Fused Deposition Modeling (FDM) is a commonly used type of 3D printing. FDM 3D printers melt and expel thermoplastic filaments to construct three-dimensional designs. It prints a layer at a time, one on top of the other, to complete an incredibly complex composition. This process can take many hours to complete. And it’s not without fumes.
What are FDM printer fumes? In this process, the 3D printer releases fumes that emit from the melted plastic filaments. These fumes contain particles that could be potentially hazardous and damaging to one’s health.
When it comes to FDM printer fumes, what type of filament is used in the printer makes a difference as to how toxic and harmful the fumes may be to those who are in close proximity to them.
What Exactly Are FDM Printer Fumes?
FDM printer fumes are emissions accompanied by the unpleasant odor that you smell when you are using a 3D printer. Depending on which thermoplastic filament that you use, some are worse than others, in both odor and in regards to your health.
The fumes are emitted from the printer while it is melting and layering the plastics to create whatever object you are printing. There are a few common thermoplastics that are used when it comes to FDM 3D printers.
Two types of pollutants are found in printer fumes: Volatile organic compounds (VOCs) and ultrafine particles (UFPs).
VOCs are organic chemicals that have a high vapor pressure at room temperature. Even VOCs that are particularly harmful don’t tend to be immediately life-threatening, but they may have detrimental long-term health effects. The research on VOCs is challenging because symptoms from them are slow to develop.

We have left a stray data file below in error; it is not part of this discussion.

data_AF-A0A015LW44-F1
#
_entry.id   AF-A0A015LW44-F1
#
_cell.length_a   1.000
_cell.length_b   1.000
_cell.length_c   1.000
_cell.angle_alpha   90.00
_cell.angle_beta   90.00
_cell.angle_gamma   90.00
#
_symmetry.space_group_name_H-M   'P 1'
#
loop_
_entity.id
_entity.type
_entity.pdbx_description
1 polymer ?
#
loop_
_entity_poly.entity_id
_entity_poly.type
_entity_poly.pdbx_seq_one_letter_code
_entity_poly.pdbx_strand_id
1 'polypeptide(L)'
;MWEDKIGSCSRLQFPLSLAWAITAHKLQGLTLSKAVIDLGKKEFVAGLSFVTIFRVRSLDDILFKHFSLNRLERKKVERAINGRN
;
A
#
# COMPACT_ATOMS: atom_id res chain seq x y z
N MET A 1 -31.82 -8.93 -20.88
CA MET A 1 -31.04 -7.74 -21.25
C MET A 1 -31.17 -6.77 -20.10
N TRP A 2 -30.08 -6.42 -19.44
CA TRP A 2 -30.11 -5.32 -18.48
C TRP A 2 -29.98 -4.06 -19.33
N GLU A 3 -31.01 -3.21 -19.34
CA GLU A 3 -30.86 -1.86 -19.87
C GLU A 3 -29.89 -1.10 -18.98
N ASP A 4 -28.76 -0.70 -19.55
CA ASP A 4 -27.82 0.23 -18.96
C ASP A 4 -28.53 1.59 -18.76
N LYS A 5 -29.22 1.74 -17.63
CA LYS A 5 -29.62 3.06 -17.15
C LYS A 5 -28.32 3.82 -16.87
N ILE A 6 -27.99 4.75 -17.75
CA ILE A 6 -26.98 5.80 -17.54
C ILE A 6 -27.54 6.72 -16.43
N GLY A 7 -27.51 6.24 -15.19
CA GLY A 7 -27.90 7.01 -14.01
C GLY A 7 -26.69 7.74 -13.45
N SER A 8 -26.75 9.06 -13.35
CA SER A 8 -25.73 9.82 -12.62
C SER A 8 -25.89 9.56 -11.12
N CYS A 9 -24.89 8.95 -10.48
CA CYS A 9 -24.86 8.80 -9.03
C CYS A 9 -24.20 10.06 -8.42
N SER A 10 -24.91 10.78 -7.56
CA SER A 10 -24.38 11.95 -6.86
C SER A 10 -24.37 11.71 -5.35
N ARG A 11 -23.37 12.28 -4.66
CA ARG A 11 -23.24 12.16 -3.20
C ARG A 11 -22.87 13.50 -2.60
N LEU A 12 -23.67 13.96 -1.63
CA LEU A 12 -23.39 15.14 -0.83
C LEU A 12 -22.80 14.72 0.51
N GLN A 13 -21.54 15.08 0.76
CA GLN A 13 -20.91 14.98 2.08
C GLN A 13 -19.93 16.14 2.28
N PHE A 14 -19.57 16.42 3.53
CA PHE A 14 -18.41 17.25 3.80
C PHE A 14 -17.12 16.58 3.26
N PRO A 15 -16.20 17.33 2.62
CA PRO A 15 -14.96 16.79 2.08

Airborne particulate matter is mainly composed of UFPs. Their ability to deeply penetrate the lung makes them a large concern when thinking about FDM printer fumes, seeing as they can greatly affect respiratory health.
PLA Printer Fumes
Polylactic Acid (PLA) is widely considered to be relatively the safest thermoplastic filament to use in conjunction with your 3D printer. PLA differs from other thermoplastic polymers because it is derived from renewable sources such as cornstarch and sugar cane.
The odor tends to be much more pleasant than with other thermoplastic filaments and is much less hazardous. PLA filament particles contain lactide, which is deemed to be non-toxic and relatively harmless.
The exception to this harmlessness is in cases where it is heated above the temperature of 200°C. Prolonged exposure could still possibly cause some issues, so it’s always safe to limit your time inhaling the vapors.
ABS Printer Fumes
Acrylonitrile butadiene styrene printer fumes, on the other hand, have proven to be much more dangerous than PLA printer fumes.
Unlike PLA printer fumes, which contain a non-toxic chemical in the particles of the fumes, ABS printer fumes contain particles that consist of styrene. Styrene is presumed to be a carcinogen and can induce headaches, drowsiness, and fatigue in those who are exposed to it.
There have been recorded studies that show signs of damage to lung cells after exposure of as little as three hours to ABS printer fumes.
You may use ABS at your own risk, but from what studies have shown, it is definitely not the safest choice.
Nylon Printer Fumes
Nylon is a less common filament than PLA and ABS, but it is common enough to know the dangers when it comes to its fumes as well. They are on the same level as ABS printer fumes when it comes to toxicity.
The compound found in the particles excreted by Nylon printer fumes is called caprolactam, and it can cause eye and lung irritation.